Syrian YPG Fighters capture Tal Abyad  Reuters

Syrian YPG fighters capture Tal-Abyad from ISIS, June 2015. Source: Reuters.

Syrian Kurdish YPG victory at strategic border town of  Tal-Abyad

The second development was the victory by Syrian Kurdish PYG fighters , Christian Assyrian and secular  FSA militias  wresting the strategic border gateway of Tal-Abyad  from  ISIS with support from  US coalition air strikes. This followed the  January 2015 victory in  the siege at the border  city of Kobani. The Syrian PYG, affiliated with the Turkish PKK, a  terrorist group designated by  Turkey, EU and the US, whose leader Abdullah Ocalan is under house arrest in Turkey,  has been assisted  by fighting units of the Iraqi Peshmerga from the adjacent Kurdish Regional Government  (KRG)in northern Iraq.  The third development was the KRG Peshmerga wresting   control  of Kirkuk and its vast  oil field. Kirkuk, as Trofimov noted  is considered  the “Kurdish Jerusalem” .  Not to be outdone by Kurdish compatriots in Syria and Iraq, in mid-May 2015, Iranian Kurdish  Party of Free Life in Kurdistan ( PJAK)  forces in northwestern Iran’s Zagros mountain  fought  Iranian security forces in Mahabad.  Mahabad  was the capital of the short-lived State of Republic  Kurdistan established with Soviet Russian support in  Iran in 1945- 1946.

KRG Delegation meets with resident Obama VO Biden and National Security Council May 2015

Kurdish President Barzani and KRG delegation meet President Obama and VP Biden May 2015.

KRG Meets with President to Free up Arms Deliveries

The KRG quest for independence has been stymied by the Baghdad government of PM Haidar al-Abadi.  The Baghdad  government has not lived up to its agreement reached in December 2014 to provide regular payments to the KRG amounting  to nearly $5.7 billion in exchange for selling 550,000 barrels of oil. The result has been that KRG government  and the 160,000 Peshmerga force have not been paid in months.  More troubling has been the current agreements between the Obama Administration  and  the al-Abadi government for allocation and deliveries of heavy weapons that have not found their way to the highly effective Peshmerga fighting force. This is especially galling given the thousands of Humvees, mobile artillery, anti-tank, main battle tanks and MRAP vehicles abandoned by fleeing Iraqi national security forces in the conquest of Mosul in June 2014 and Ramadi in late May.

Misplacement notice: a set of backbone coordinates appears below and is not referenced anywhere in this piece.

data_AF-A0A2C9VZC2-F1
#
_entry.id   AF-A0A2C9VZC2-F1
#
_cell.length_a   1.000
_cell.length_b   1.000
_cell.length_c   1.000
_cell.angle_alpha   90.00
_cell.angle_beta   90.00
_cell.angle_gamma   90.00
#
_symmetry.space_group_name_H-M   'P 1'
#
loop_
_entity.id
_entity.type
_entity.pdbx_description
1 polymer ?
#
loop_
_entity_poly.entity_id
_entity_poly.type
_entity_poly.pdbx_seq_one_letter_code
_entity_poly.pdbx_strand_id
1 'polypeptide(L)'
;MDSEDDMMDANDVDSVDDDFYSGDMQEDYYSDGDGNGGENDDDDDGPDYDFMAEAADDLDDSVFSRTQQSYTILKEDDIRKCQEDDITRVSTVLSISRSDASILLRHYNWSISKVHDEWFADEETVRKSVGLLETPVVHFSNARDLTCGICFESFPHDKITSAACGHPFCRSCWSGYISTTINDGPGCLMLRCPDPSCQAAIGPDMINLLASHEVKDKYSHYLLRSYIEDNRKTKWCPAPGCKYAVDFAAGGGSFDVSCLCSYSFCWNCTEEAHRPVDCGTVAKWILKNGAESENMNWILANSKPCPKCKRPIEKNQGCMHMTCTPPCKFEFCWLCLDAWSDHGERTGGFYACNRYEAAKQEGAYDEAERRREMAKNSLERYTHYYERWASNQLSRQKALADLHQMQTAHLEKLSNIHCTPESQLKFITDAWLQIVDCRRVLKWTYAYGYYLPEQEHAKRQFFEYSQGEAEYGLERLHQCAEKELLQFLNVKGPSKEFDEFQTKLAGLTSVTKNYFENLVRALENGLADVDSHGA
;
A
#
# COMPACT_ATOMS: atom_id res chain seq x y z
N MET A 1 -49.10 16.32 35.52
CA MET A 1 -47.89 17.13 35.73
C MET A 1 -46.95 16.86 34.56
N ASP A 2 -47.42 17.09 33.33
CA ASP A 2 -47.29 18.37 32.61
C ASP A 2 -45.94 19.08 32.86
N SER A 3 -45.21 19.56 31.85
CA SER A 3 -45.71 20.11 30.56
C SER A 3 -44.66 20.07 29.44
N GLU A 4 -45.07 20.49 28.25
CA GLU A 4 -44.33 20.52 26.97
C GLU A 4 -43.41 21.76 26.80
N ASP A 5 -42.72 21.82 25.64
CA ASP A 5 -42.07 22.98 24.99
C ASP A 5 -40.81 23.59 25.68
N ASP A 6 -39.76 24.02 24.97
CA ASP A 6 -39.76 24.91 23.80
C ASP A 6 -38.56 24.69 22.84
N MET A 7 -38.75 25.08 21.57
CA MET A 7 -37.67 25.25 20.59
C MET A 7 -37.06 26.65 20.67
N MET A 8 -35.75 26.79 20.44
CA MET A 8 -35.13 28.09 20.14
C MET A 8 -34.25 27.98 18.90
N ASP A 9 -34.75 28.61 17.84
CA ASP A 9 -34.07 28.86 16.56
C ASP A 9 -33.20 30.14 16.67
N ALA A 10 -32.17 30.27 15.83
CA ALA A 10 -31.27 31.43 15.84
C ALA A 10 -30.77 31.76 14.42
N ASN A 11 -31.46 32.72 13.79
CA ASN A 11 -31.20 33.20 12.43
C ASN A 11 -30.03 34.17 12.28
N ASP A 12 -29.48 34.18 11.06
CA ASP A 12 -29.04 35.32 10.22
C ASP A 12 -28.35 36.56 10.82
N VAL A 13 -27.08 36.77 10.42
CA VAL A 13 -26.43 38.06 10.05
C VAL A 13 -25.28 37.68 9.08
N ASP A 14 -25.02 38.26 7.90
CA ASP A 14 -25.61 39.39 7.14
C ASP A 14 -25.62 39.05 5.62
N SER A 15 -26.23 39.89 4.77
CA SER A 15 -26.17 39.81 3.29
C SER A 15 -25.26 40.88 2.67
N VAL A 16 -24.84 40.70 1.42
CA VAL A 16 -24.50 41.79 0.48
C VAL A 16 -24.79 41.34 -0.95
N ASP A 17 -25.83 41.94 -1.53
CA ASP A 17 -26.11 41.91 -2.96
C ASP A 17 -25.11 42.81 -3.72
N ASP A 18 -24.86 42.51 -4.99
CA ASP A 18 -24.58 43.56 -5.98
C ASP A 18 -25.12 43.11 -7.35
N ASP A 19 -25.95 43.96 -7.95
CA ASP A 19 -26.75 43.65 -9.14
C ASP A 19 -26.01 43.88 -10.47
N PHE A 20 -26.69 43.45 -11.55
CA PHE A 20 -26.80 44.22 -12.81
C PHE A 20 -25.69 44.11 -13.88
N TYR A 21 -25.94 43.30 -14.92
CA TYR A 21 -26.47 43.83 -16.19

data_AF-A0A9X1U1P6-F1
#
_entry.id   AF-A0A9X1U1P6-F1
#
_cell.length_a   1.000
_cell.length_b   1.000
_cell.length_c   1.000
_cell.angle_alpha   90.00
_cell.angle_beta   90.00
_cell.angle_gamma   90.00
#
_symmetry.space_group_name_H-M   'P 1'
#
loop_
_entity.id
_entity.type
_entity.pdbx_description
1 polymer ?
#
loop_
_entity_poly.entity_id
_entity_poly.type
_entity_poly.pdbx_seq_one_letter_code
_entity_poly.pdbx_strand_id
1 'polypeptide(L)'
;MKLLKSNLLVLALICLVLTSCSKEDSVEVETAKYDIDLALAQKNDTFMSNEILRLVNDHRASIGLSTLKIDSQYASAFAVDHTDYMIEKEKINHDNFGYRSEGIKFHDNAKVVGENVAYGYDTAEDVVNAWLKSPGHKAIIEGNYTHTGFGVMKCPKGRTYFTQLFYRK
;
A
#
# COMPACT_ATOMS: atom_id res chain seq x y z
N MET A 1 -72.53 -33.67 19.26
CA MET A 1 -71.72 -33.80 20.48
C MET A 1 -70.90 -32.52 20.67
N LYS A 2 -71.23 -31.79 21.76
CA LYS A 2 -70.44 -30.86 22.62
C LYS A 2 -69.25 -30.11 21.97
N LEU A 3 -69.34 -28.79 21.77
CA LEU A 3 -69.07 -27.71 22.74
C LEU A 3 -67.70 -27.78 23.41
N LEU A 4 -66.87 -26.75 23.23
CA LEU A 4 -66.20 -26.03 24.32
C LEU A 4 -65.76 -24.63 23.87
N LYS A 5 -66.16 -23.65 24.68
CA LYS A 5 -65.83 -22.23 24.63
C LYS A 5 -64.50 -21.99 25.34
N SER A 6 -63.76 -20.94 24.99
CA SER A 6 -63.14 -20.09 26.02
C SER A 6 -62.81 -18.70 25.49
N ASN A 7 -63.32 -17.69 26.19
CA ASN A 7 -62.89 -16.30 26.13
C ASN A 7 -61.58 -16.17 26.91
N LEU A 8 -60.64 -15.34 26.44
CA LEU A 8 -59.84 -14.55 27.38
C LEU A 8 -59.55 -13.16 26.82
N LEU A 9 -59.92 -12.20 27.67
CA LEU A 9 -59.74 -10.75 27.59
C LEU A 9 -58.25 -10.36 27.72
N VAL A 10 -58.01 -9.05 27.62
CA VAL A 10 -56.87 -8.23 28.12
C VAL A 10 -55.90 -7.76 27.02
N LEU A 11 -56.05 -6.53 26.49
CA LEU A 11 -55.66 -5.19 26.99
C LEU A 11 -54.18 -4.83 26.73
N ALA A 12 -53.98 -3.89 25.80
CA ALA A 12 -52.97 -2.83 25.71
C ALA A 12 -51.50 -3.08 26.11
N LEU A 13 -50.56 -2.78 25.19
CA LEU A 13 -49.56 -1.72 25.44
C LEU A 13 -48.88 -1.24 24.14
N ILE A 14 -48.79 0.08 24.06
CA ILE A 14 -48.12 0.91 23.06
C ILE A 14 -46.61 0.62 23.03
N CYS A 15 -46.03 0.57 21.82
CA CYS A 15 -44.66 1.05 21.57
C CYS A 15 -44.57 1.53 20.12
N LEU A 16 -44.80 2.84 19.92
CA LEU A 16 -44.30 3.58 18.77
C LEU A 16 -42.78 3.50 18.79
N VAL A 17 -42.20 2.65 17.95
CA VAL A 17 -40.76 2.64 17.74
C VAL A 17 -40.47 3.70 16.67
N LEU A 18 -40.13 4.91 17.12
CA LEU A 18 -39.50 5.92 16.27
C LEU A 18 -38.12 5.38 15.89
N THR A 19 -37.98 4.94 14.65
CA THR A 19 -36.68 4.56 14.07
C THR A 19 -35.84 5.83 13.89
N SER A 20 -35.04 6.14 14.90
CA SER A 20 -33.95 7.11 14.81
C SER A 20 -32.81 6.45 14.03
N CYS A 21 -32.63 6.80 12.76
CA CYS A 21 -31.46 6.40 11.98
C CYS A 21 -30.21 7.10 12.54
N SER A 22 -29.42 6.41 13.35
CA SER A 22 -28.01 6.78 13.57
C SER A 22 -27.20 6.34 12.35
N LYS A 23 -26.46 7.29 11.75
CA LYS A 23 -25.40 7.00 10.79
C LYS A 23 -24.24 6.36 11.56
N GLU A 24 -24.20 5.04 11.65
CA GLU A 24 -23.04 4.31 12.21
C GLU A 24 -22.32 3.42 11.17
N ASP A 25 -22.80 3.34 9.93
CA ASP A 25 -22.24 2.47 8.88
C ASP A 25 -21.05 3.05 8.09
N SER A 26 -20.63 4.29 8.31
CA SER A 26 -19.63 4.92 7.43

A  meeting occurred in Washington in early May 2015 with  KRG President Barzani and senior officials with President Obama, Vice President Biden and members of the National  Security Staff seeking resolution of this impasse.   Michael Knights of the Washington Institute for Near Policy wrote about this in a May 15, 2015 Al Jazeera, article, “A big win for Kurds at the White House”:

From May 3-8, 2015, Washington D.C. hosted a high-powered delegation from the Kurdistan Regional Government (KRG). KRG President Massoud Barzani was flanked by Deputy Prime Minister Qubad Talabani, National Security Chancellor Masrour Barzani and Minister of Peshmerga Affairs Mustapha Sayyid Qadr, among other KRG ministers and officials.  [The delegation was originally scheduled for a five minute meeting with President Obama, instead the session lasted an hour].

In particular, the Kurds complained that Washington has allocated too small a proportion of its $1.6bn Iraq Train and Equip Fund (ITEF) assistance to Kurdistan.

Slow and indirect delivery of US weapons systems is a connected concern. Washington has chosen to funnel most weapons shipments via the federal Iraqi Ministry of Defense, the only entity entitled by US law to sign end-user certificates (EUCs) for the weapons.

[…]In reaction to these views, the House Armed Services Committee of the US Congress introduced clauses into the annual National Defense Authorization Act (NDAA), the Pentagon’s budget, in an attempt to protect the Kurds’ fair share of US weapons.

The draft NDAA for Fiscal Year 2016 was amended by congress to include a clause (Section 1223) that named the Peshmerga as one of a number of security forces collectively entitled to “not less than 25 percent” of the annual $715m of US support.